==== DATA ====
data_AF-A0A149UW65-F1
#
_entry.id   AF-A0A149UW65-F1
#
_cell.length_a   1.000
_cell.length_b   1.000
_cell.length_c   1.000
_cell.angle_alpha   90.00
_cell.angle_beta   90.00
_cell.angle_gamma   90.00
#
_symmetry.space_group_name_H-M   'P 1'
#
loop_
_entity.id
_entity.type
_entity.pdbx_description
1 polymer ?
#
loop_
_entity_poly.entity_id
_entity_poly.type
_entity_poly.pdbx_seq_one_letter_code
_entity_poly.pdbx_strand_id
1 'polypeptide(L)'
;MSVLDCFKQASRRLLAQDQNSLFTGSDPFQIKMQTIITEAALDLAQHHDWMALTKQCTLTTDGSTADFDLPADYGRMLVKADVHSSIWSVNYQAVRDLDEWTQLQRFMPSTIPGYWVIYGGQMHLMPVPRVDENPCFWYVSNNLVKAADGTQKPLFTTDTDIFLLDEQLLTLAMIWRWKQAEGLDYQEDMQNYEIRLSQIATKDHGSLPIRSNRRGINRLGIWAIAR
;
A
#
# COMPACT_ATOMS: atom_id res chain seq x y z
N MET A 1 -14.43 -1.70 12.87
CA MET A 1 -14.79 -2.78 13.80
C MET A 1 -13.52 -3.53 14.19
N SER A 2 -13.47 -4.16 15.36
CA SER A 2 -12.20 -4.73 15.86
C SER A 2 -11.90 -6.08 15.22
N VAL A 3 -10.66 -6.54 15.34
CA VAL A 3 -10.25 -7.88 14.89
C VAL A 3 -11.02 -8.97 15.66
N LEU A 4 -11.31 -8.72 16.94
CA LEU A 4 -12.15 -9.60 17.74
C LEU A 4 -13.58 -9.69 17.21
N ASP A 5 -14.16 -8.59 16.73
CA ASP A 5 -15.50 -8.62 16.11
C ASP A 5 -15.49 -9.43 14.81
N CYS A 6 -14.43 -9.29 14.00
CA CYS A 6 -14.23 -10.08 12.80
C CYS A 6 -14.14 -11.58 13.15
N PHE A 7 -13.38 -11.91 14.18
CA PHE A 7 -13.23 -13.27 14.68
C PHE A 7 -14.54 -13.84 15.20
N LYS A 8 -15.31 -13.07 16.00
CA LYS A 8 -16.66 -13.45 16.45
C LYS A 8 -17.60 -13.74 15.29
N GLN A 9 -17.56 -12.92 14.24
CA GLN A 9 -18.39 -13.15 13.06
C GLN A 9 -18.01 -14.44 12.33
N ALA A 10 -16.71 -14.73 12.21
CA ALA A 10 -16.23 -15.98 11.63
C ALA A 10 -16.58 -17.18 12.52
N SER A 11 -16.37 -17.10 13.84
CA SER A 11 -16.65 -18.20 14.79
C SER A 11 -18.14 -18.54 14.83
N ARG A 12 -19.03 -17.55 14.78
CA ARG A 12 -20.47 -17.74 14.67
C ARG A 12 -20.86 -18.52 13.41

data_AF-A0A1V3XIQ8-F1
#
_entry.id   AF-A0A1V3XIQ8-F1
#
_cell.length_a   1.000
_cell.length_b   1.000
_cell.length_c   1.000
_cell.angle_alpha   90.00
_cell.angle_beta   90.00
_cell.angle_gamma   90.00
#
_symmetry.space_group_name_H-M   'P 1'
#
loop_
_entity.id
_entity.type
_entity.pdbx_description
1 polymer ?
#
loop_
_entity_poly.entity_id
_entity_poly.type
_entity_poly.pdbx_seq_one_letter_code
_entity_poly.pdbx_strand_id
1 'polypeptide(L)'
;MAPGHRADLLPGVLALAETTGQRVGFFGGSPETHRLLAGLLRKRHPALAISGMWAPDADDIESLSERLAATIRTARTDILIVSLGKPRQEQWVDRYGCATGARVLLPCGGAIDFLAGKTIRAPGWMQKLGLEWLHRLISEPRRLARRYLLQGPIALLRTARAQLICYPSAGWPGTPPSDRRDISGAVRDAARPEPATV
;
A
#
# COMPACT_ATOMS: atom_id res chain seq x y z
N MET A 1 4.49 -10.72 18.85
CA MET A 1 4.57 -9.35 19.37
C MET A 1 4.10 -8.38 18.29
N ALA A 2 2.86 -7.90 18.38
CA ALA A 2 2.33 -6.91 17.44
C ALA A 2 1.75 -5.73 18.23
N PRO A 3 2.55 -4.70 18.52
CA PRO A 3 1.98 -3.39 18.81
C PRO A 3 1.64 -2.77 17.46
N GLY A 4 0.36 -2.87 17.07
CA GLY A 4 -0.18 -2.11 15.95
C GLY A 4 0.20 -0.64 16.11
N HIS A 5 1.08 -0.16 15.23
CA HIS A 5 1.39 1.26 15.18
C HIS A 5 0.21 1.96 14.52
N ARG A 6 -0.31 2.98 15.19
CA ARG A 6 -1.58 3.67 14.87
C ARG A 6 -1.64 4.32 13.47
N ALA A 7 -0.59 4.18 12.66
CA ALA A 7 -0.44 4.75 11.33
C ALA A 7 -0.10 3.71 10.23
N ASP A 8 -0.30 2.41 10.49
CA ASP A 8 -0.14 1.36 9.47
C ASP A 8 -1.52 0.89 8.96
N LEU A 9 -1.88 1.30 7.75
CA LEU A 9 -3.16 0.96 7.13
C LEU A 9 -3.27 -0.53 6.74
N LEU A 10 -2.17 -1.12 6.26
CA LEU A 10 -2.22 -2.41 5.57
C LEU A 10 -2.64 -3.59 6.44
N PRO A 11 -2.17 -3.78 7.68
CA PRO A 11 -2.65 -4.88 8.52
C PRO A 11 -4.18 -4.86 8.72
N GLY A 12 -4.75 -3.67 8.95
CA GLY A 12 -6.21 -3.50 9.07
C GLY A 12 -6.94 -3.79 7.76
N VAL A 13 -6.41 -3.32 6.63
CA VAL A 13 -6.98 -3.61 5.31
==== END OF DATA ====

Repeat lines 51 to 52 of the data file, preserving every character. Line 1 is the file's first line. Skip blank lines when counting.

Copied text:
C PHE A 7 -14.54 -13.84 15.20
N LYS A 8 -15.31 -13.07 16.00